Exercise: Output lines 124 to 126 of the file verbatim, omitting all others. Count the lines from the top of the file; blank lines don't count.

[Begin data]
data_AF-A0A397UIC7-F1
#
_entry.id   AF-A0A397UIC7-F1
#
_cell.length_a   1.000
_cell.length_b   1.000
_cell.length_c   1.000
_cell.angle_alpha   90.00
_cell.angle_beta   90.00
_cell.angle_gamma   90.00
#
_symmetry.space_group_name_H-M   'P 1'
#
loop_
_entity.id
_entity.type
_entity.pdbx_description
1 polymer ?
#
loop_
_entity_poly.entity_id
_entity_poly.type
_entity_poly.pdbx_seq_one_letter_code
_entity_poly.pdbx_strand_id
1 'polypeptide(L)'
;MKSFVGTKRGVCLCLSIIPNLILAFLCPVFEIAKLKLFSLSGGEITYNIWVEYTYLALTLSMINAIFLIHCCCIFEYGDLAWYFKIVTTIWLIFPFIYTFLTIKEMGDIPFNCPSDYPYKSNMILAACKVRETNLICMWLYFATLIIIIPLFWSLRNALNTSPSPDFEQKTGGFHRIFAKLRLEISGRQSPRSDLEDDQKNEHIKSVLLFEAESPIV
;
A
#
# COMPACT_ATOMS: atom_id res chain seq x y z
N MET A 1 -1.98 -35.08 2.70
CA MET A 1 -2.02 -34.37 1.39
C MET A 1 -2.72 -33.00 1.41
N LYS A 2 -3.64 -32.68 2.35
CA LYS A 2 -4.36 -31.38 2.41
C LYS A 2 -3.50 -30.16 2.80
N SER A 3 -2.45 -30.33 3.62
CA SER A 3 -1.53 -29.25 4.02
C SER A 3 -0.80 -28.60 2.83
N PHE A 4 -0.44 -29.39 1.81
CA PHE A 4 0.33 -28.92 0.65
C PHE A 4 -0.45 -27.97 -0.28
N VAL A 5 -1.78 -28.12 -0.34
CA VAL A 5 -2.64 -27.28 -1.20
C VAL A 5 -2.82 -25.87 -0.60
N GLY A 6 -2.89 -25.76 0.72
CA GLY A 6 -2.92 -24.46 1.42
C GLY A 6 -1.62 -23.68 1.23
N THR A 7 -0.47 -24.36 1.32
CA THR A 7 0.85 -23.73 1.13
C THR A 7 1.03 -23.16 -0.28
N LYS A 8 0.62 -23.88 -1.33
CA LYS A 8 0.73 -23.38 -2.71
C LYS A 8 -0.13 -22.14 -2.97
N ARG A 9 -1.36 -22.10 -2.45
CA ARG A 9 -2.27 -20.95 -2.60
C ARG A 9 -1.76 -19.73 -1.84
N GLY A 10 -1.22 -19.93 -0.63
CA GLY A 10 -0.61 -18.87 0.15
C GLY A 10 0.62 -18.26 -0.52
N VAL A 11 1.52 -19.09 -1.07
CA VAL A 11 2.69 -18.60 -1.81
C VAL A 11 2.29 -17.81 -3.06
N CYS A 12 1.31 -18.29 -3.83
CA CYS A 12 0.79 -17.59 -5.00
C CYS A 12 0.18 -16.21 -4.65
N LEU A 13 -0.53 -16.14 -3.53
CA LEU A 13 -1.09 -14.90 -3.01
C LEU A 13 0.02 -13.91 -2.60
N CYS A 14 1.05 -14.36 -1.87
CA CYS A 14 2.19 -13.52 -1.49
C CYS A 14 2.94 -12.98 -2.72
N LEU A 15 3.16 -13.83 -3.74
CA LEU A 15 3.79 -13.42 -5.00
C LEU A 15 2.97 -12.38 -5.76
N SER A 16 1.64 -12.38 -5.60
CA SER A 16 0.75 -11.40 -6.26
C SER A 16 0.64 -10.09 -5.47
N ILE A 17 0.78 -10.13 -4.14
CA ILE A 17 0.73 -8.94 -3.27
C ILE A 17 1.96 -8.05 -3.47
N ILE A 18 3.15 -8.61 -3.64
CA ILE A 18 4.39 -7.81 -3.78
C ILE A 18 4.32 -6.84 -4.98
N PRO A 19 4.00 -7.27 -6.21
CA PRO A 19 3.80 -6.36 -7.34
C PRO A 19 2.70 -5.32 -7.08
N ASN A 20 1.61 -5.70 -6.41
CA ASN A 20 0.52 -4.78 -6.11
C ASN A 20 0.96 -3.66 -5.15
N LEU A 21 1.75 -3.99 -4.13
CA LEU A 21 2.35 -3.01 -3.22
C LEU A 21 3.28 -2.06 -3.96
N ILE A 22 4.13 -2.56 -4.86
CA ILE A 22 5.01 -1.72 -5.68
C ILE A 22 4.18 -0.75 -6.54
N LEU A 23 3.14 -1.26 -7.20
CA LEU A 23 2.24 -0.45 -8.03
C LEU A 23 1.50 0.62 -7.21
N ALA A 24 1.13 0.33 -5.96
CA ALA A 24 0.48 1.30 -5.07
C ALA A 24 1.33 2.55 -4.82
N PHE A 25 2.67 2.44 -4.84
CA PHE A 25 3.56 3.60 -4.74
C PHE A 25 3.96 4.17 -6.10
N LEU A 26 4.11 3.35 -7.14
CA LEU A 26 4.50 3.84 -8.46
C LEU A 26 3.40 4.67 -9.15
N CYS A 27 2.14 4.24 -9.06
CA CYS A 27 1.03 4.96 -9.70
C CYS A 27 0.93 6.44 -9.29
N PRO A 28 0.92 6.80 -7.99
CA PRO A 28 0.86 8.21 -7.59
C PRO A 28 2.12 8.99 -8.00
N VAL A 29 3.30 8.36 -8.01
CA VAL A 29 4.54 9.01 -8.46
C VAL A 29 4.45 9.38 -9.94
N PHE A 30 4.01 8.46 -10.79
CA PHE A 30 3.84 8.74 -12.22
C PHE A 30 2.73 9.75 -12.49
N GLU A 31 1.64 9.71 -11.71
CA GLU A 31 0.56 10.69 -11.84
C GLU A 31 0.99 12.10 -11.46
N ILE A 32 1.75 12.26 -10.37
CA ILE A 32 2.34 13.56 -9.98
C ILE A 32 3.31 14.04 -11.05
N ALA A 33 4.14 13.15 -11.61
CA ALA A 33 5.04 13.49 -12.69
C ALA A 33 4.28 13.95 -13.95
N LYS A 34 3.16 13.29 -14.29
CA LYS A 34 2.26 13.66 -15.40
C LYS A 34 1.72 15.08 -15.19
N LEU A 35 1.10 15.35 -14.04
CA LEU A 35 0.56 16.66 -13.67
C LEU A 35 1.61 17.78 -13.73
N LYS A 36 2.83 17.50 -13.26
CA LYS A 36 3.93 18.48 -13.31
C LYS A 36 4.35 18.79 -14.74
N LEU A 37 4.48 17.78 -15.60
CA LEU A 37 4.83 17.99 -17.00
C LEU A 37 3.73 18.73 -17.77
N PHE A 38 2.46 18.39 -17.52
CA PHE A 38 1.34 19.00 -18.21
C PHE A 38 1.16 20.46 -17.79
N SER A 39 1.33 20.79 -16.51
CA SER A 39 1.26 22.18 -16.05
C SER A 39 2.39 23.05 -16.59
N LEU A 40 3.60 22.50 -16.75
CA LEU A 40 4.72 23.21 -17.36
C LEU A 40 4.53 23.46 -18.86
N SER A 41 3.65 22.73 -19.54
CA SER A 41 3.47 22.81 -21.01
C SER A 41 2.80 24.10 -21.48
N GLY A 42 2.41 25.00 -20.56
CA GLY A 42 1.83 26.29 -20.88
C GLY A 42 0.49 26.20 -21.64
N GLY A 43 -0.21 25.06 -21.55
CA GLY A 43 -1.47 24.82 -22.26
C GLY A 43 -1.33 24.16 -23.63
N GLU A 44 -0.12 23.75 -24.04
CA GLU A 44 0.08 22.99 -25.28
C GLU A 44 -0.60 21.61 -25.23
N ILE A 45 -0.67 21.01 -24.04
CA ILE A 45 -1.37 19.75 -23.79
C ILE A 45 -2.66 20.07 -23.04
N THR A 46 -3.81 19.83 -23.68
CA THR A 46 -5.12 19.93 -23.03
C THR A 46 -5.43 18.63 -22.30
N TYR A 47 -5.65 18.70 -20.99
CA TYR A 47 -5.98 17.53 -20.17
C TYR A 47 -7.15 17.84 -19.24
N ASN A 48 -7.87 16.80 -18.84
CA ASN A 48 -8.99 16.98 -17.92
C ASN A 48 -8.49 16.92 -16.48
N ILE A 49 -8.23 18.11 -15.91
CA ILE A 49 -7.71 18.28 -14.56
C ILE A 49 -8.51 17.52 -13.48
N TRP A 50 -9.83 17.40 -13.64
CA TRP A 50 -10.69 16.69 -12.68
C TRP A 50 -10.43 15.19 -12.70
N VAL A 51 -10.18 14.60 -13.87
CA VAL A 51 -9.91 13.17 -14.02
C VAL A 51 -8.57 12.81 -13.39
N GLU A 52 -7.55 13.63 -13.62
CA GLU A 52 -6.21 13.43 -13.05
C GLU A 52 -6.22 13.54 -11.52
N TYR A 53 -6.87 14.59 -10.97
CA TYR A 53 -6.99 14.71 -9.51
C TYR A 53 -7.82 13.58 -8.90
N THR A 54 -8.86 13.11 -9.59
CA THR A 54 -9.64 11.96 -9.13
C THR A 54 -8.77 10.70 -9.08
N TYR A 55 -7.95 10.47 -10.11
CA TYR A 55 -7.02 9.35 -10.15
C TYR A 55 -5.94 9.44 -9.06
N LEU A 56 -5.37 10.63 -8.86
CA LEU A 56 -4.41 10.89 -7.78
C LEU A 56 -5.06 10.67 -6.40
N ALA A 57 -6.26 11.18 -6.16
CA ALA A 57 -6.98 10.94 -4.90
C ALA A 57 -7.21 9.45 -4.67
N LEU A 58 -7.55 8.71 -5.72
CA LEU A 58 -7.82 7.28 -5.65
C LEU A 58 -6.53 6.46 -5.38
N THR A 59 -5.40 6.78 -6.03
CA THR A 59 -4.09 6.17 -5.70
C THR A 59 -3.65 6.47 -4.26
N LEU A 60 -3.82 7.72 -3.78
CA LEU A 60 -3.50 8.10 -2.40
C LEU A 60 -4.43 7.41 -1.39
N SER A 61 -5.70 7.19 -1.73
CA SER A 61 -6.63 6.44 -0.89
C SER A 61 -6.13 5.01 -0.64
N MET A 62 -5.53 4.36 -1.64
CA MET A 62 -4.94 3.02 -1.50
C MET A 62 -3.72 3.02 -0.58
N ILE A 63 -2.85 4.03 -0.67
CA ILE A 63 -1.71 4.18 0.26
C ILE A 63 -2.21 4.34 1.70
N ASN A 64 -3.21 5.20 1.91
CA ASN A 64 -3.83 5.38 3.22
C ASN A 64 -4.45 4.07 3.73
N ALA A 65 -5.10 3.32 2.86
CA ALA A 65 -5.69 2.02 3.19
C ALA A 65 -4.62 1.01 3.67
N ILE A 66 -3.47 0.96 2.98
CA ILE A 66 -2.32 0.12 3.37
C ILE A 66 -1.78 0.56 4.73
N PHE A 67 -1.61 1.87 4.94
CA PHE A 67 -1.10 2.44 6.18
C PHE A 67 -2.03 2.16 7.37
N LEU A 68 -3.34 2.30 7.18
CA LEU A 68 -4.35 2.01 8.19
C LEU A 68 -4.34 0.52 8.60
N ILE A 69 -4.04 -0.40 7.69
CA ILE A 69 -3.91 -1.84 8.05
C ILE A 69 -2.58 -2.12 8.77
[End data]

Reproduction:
N ILE A 32 1.75 12.26 -10.37
CA ILE A 32 2.34 13.56 -9.98
C ILE A 32 3.31 14.04 -11.05